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UK court orders Apple to rewrite website statement saying Samsung didn't copy the iPad - Page 5

post #161 of 446
Quote:
Originally Posted by Hattig View Post

"The court’s initial order to post a notice was designed t

That was the 'design' but the actual product is a different matter. And in legal matters the product is the key.

As you say they were told what to write and they did. But it wasn't what the Judge really wanted them to write or did he bar them from writing anything else. That was his bad. But Apple followed the order as it was declared and placed in court record so there is no contempt.

A non tech's thoughts on Apple stuff 

(She's family so I'm a little biased)

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A non tech's thoughts on Apple stuff 

(She's family so I'm a little biased)

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post #162 of 446
Quote:
Originally Posted by reefoid View Post

 

Doing it "their own way" is what got them into this mess in the first place.  How about doing the "right way" instead?

 

Also, looks like they have 48 hours to comply, unless Tim Cook gets involved.  From the BBC:

 

Of course Apple will do it the "right" way (if not the "right way"). 1smoking.gif

post #163 of 446
Quote:
Originally Posted by Wovel View Post


No accounting for Judges crazy with power and ego I suppose.

 

No accounting for respect of the law in some peoples outlook I suppose.

post #164 of 446
Originally Posted by whatever71 View Post

And to try to stave off any fandroid type comments I own an iPhone 4s…

 

No one cares. If your argument is broken, no number of purchases, real or otherwise, can stave off anything.


Originally Posted by Crowley View Post
Actually you see it in Apple's App Store rules as well.  Funny, right?

 

Not really, no. Explain?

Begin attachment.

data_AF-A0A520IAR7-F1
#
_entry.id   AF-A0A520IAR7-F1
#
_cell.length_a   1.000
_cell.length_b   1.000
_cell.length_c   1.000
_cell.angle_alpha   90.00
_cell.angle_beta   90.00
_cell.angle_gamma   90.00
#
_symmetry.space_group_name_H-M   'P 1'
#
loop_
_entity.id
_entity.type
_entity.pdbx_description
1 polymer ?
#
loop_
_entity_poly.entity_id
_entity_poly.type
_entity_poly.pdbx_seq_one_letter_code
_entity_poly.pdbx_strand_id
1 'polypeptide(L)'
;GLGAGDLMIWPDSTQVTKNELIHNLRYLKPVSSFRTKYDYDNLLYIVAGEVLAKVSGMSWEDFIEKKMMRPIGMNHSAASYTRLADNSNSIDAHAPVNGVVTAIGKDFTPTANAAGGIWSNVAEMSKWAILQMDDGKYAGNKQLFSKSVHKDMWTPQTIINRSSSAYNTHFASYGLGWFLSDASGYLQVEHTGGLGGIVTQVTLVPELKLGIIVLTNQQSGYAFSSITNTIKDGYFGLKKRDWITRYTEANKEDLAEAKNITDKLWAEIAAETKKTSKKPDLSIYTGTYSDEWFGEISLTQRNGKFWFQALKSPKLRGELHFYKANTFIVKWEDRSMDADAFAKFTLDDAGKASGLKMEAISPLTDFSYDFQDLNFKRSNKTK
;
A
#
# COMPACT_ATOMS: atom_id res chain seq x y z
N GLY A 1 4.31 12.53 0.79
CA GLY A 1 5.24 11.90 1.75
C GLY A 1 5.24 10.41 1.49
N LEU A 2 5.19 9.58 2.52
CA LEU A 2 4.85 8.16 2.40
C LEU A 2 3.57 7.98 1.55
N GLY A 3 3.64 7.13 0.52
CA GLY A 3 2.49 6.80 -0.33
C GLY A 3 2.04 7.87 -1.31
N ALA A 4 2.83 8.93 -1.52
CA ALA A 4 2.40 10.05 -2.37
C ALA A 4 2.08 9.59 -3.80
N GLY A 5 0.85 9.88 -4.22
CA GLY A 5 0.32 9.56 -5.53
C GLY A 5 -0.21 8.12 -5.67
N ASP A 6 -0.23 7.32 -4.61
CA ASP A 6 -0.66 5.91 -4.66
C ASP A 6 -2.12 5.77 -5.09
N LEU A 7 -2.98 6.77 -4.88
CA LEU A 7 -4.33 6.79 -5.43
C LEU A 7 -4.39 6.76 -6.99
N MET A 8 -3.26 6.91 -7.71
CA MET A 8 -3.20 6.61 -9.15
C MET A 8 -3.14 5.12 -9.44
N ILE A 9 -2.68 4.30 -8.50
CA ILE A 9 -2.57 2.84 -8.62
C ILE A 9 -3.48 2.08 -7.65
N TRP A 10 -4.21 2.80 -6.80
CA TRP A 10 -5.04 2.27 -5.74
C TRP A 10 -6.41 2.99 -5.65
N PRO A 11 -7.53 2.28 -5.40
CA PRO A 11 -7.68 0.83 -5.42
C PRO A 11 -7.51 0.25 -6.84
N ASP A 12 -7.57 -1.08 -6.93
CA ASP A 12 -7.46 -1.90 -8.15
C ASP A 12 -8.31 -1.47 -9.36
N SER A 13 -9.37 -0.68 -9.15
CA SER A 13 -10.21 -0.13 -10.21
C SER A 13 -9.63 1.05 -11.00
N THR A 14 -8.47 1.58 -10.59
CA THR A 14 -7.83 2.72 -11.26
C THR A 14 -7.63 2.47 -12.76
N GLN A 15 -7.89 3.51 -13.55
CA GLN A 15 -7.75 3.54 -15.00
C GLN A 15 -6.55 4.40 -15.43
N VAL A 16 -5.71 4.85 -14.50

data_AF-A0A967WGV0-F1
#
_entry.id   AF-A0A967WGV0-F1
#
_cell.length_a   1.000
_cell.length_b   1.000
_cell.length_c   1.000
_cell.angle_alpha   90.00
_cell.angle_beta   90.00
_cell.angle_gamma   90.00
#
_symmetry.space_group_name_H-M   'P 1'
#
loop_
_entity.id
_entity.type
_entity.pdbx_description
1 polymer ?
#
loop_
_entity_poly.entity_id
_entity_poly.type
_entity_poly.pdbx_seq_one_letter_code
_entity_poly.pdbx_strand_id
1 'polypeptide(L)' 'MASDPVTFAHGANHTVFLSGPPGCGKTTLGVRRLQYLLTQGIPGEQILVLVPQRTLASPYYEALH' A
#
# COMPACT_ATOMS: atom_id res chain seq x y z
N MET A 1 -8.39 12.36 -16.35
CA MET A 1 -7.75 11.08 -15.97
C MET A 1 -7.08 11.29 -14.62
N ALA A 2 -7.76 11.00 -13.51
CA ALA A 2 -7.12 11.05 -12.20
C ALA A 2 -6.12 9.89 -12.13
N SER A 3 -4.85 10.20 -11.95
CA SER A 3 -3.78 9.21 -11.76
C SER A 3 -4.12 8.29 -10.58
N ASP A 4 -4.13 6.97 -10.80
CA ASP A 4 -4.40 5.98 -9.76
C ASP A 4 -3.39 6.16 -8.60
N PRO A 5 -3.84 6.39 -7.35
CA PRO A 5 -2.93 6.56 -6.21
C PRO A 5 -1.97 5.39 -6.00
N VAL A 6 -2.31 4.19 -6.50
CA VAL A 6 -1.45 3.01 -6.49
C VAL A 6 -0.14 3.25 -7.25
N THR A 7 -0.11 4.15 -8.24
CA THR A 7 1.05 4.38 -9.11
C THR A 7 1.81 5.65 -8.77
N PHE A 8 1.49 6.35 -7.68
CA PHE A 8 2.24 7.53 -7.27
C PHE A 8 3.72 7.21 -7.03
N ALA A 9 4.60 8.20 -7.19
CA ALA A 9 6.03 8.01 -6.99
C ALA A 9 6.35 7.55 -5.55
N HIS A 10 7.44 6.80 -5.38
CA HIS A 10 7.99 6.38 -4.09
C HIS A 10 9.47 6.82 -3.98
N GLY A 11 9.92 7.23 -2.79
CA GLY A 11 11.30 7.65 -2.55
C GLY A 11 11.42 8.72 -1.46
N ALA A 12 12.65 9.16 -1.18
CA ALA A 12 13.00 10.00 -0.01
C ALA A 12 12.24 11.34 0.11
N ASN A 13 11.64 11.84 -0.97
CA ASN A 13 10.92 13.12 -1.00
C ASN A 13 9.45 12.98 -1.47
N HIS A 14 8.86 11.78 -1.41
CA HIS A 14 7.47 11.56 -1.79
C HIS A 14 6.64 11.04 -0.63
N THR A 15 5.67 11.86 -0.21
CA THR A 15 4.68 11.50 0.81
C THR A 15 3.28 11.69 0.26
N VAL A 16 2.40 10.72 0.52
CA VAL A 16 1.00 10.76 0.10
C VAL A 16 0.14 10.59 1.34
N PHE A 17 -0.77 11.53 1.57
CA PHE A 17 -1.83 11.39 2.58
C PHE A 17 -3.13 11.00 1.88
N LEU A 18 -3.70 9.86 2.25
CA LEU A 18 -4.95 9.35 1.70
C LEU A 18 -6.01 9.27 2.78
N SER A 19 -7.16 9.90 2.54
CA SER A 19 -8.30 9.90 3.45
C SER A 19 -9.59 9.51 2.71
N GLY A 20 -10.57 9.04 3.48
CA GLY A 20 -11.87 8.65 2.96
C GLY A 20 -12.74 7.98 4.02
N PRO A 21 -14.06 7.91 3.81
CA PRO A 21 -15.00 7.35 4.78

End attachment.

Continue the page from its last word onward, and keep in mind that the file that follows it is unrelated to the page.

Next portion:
Originally Posted by Crowley View Post
Can we keep the school massacre talk out of the thread please.

 

Yes, please. Other than it invalidating the point you've made. I guess keeping the truth out of arguments is how things operate over there.

 

But no, honestly, there's no need for this to use an analogy as a segue into an unrelated point.

 
Originally Posted by fredawest View Post
Oh dear - first time posters must be liars, fantastic logic.

 

Oh dear, if only that was what I said (or even implied) in any regard under any definition of any of the words I used. 1oyvey.gif


Originally Posted by herbapou View Post
This is the kind of bad press Apple doesnt need, especially in Europe where they are not doing well at all.

 

Some European countries have higher Apple marketshare than the US.

post #165 of 446
Quote:
Originally Posted by SolipsismX View Post


I quite like the punishment since it's hard to really punish a company that brings in billions in a month in revenue. That said, the judge has failed to be precise in his punishment which allowed for a great deal of interpretation as we're seeing now. Apple followed it exactly but he was too lazy, stupid, or merely didn't think it through and now he says it's not good enough with an implication of that isn't what he meant. Can UK courts actually operate that way? I don't know but I sure hope not.


I absolutely think that they can operate this way, and they will be as harsh as possible to Apple if the perceived non compliance continues. And all the Samsung fanatics can wave the Union Jack as they burn Tim Cook's effigy. Laughable situation actually.

The UK courts argue that the 'apology' was intended to reduce the harm brought to the Samsung brand. Really? I personally find it difficult impossible to understand how anyone can harm a company that is so morally bankrupt. That they copied I have no doubt about. That they 'infringed' is a legal distinction I will leave to the UK judges to decide, rule, enforce, whatever...

post #166 of 446
Quote:
Originally Posted by anantksundaram View Post

Cite? Evidence?

I seem to remember seeing the UK quoted as Apple's second biggest market a few years ago, though doubtless China has overtaken it now, and possibly Japan too, as the iPhone is very popular there.


Apple doesn't do by-country revenue reporting, but an estimate of $6bn sales in the UK has been doing the rounds*, of $156bn total revenue**.  It's a sizeable market that Apple wouldn't give up on lightly.

 

 

http://www.dailymail.co.uk/news/article-2127048/Apple-6bn-UK--paid-10m-tax.html

** http://www.sec.gov/Archives/edgar/data/320193/000119312511282113/d220209d10k.htm

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post #167 of 446
Quote: